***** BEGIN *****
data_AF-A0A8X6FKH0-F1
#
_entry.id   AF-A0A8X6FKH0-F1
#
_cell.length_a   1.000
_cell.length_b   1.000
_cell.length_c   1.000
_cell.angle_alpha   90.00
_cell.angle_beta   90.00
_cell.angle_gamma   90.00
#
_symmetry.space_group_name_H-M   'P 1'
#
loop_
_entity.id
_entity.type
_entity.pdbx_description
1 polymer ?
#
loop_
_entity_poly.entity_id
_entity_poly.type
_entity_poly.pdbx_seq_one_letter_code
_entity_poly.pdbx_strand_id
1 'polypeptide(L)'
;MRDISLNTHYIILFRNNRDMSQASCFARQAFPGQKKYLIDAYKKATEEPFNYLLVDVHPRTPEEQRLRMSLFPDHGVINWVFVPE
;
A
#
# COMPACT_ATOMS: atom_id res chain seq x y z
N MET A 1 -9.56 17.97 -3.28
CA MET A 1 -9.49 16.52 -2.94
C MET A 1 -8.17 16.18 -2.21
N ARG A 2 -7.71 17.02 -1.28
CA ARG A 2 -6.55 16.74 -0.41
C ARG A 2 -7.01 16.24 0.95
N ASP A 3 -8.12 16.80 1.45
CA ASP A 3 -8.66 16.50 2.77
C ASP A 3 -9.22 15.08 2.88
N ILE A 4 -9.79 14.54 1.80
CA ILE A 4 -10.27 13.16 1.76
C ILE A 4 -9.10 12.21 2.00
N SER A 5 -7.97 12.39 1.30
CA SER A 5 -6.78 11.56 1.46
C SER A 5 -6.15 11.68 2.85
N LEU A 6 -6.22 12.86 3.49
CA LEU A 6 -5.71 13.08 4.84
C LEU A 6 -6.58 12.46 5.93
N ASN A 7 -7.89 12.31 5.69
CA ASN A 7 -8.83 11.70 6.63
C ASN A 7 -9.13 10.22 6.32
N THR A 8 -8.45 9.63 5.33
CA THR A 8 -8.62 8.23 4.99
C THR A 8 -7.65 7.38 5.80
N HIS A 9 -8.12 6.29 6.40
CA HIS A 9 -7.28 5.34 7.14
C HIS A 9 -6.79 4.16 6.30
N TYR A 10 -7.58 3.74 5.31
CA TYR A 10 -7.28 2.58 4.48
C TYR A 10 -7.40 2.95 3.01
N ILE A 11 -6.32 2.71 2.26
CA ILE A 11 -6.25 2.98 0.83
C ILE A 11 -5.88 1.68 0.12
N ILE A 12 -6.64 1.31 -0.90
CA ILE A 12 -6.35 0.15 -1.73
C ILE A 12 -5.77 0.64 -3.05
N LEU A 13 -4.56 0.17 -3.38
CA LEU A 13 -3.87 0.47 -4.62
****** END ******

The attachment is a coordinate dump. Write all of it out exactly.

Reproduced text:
data_AF-A0A8X6FKH0-F1
#
_entry.id   AF-A0A8X6FKH0-F1
#
_cell.length_a   1.000
_cell.length_b   1.000
_cell.length_c   1.000
_cell.angle_alpha   90.00
_cell.angle_beta   90.00
_cell.angle_gamma   90.00
#
_symmetry.space_group_name_H-M   'P 1'
#
loop_
_entity.id
_entity.type
_entity.pdbx_description
1 polymer ?
#
loop_
_entity_poly.entity_id
_entity_poly.type
_entity_poly.pdbx_seq_one_letter_code
_entity_poly.pdbx_strand_id
1 'polypeptide(L)'
;MRDISLNTHYIILFRNNRDMSQASCFARQAFPGQKKYLIDAYKKATEEPFNYLLVDVHPRTPEEQRLRMSLFPDHGVINWVFVPE
;
A
#
# COMPACT_ATOMS: atom_id res chain seq x y z
N MET A 1 -9.56 17.97 -3.28
CA MET A 1 -9.49 16.52 -2.94
C MET A 1 -8.17 16.18 -2.21
N ARG A 2 -7.71 17.02 -1.28
CA ARG A 2 -6.55 16.74 -0.41
C ARG A 2 -7.01 16.24 0.95
N ASP A 3 -8.12 16.80 1.45
CA ASP A 3 -8.66 16.50 2.77
C ASP A 3 -9.22 15.08 2.88
N ILE A 4 -9.79 14.54 1.80
CA ILE A 4 -10.27 13.16 1.76
C ILE A 4 -9.10 12.21 2.00
N SER A 5 -7.97 12.39 1.30
CA SER A 5 -6.78 11.56 1.46
C SER A 5 -6.15 11.68 2.85
N LEU A 6 -6.22 12.86 3.49
CA LEU A 6 -5.71 13.08 4.84
C LEU A 6 -6.58 12.46 5.93
N ASN A 7 -7.89 12.31 5.69
CA ASN A 7 -8.83 11.70 6.63
C ASN A 7 -9.13 10.22 6.32
N THR A 8 -8.45 9.63 5.33
CA THR A 8 -8.62 8.23 4.99
C THR A 8 -7.65 7.38 5.80
N HIS A 9 -8.12 6.29 6.40
CA HIS A 9 -7.28 5.34 7.14
C HIS A 9 -6.79 4.16 6.30
N TYR A 10 -7.58 3.74 5.31
CA TYR A 10 -7.28 2.58 4.48
C TYR A 10 -7.40 2.95 3.01
N ILE A 11 -6.32 2.71 2.26
CA ILE A 11 -6.25 2.98 0.83
C ILE A 11 -5.88 1.68 0.12
N ILE A 12 -6.64 1.31 -0.90
CA ILE A 12 -6.35 0.15 -1.73
C ILE A 12 -5.77 0.64 -3.05
N LEU A 13 -4.56 0.17 -3.38
CA LEU A 13 -3.87 0.47 -4.62